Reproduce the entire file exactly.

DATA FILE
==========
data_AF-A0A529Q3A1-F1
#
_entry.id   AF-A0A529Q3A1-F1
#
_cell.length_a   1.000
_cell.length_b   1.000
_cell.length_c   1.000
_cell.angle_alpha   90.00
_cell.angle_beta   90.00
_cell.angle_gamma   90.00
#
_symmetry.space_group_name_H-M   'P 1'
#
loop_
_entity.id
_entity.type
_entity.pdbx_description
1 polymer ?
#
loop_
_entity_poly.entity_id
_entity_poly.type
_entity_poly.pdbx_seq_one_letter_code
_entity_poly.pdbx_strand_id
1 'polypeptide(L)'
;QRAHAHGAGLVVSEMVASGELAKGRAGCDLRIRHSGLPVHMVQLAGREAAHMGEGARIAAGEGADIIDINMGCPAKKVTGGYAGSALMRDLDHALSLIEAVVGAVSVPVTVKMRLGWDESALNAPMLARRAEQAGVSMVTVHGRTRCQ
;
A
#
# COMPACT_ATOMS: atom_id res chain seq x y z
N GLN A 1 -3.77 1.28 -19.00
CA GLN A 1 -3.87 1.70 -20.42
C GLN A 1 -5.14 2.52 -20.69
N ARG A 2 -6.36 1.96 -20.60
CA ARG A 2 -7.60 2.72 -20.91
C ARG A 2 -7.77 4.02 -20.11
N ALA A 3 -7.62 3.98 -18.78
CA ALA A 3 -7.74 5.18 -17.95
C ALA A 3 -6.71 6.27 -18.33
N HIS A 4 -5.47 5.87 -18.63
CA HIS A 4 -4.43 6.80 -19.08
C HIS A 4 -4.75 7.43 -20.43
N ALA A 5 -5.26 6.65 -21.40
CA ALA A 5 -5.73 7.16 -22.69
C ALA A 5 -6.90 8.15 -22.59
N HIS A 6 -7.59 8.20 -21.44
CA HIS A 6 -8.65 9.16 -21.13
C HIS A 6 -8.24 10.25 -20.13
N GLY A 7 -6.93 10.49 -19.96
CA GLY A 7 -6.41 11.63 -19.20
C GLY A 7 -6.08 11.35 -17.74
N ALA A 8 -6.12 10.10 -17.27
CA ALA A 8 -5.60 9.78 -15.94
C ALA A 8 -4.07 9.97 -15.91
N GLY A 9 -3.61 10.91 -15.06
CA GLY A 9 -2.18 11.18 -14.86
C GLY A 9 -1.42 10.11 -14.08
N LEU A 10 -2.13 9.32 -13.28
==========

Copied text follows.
data_AF-A0A529Q3A1-F1
#
_entry.id   AF-A0A529Q3A1-F1
#
_cell.length_a   1.000
_cell.length_b   1.000
_cell.length_c   1.000
_cell.angle_alpha   90.00
_cell.angle_beta   90.00
_cell.angle_gamma   90.00
#
_symmetry.space_group_name_H-M   'P 1'
#
loop_
_entity.id
_entity.type
_entity.pdbx_description
1 polymer ?
#
loop_
_entity_poly.entity_id
_entity_poly.type
_entity_poly.pdbx_seq_one_letter_code
_entity_poly.pdbx_strand_id
1 'polypeptide(L)'
;QRAHAHGAGLVVSEMVASGELAKGRAGCDLRIRHSGLPVHMVQLAGREAAHMGEGARIAAGEGADIIDINMGCPAKKVTGGYAGSALMRDLDHALSLIEAVVGAVSVPVTVKMRLGWDESALNAPMLARRAEQAGVSMVTVHGRTRCQ
;
A
#
# COMPACT_ATOMS: atom_id res chain seq x y z
N GLN A 1 -3.77 1.28 -19.00
CA GLN A 1 -3.87 1.70 -20.42
C GLN A 1 -5.14 2.52 -20.69
N ARG A 2 -6.36 1.96 -20.60
CA ARG A 2 -7.60 2.72 -20.91
C ARG A 2 -7.77 4.02 -20.11
N ALA A 3 -7.62 3.98 -18.78
CA ALA A 3 -7.74 5.18 -17.95
C ALA A 3 -6.71 6.27 -18.33
N HIS A 4 -5.47 5.87 -18.63
CA HIS A 4 -4.43 6.80 -19.08
C HIS A 4 -4.75 7.43 -20.43
N ALA A 5 -5.26 6.65 -21.40
CA ALA A 5 -5.73 7.16 -22.69
C ALA A 5 -6.90 8.15 -22.59
N HIS A 6 -7.59 8.20 -21.44
CA HIS A 6 -8.65 9.16 -21.13
C HIS A 6 -8.24 10.25 -20.13
N GLY A 7 -6.93 10.49 -19.96
CA GLY A 7 -6.41 11.63 -19.20
C GLY A 7 -6.08 11.35 -17.74
N ALA A 8 -6.12 10.10 -17.27
CA ALA A 8 -5.60 9.78 -15.94
C ALA A 8 -4.07 9.97 -15.91
N GLY A 9 -3.61 10.91 -15.06
CA GLY A 9 -2.18 11.18 -14.86
C GLY A 9 -1.42 10.11 -14.08
N LEU A 10 -2.13 9.32 -13.28